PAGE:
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This Is How To Name a Warship

During the service, as Monsoor’s coffin was taken from the hearse to the gravesite, Navy SEALs lined up in two columns. As the coffin passed, video shows each SEAL slapping down the gold Trident from his uniform and deeply embedding it in Monsoor’s wooden coffin.

The slaps were reportedly heard across the cemetery.


“One of the key aspects of this incident was the way the overwatch position was structured. There was only one access point for entry or exit and Monsoor was the only one who could have saved himself from harm. Instead, knowing what the outcome would be, he fell on the grenade to save the others from harm. Monsoor and the two injured were evacuated to the combat outpost battalion aid station where Monsoor died approximately 30 minutes after the incident from injuries sustained by the grenade blast.”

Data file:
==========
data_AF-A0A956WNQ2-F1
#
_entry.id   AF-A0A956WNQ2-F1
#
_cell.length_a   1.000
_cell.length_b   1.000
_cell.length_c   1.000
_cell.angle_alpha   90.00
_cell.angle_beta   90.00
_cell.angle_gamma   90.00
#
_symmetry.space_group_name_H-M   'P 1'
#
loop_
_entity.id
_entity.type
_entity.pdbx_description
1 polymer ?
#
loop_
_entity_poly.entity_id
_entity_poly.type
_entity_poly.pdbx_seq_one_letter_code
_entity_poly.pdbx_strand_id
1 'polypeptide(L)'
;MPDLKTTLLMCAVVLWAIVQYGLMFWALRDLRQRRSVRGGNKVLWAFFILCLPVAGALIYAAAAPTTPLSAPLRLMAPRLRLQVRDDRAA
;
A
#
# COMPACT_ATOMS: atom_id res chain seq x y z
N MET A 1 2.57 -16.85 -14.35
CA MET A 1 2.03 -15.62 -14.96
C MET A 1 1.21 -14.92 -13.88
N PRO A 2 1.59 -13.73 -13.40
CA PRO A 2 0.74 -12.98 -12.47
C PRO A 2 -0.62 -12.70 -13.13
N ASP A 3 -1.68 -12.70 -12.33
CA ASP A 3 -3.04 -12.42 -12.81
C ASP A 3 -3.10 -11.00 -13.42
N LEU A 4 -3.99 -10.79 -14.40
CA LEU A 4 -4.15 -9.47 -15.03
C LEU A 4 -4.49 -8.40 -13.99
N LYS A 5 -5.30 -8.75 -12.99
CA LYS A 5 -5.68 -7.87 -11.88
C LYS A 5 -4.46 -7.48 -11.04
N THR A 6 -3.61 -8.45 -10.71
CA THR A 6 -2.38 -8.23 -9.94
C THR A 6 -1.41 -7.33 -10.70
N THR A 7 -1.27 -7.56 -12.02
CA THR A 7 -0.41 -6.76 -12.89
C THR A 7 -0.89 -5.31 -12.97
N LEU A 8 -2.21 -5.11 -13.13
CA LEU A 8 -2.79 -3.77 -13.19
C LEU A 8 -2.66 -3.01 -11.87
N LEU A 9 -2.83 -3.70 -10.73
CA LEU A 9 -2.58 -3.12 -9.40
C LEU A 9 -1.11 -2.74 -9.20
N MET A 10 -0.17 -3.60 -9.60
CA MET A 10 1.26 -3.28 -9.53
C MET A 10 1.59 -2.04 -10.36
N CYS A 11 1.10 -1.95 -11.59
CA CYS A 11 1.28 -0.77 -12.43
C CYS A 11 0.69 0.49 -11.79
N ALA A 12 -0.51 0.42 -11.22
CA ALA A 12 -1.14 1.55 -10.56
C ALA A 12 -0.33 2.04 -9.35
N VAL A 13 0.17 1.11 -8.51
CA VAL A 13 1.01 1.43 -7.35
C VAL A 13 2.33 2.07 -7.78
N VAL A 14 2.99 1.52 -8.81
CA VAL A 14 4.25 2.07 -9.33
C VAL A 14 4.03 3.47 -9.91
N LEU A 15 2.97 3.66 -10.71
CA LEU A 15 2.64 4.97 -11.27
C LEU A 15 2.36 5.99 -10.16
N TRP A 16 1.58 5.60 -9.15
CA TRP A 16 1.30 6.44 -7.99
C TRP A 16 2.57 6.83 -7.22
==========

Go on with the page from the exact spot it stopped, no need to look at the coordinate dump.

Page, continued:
Also due to Monsoor’s selfless actions, the fourth man of the SEAL squad who was 10-15 feet from the blast, was unhurt. A 28-year-old Lieutenant, who sustained shrapnel wounds to both legs that day, said the following in crediting Monsoor with saving his life: “He never took his eye off the grenade – his only movement was down toward it. He undoubtedly saved mine and the other SEALs’ lives, and we owe him.”

As Kristen Scharnberg of the ChicagoTribune summarized in tribute, “The men who were there that day say they could see the options flicker across Michael Mansoor’s face: save himself or save the men he had long considered brothers. He chose them.”

Soon to be Heard Around the World: USS Michael Monsoor

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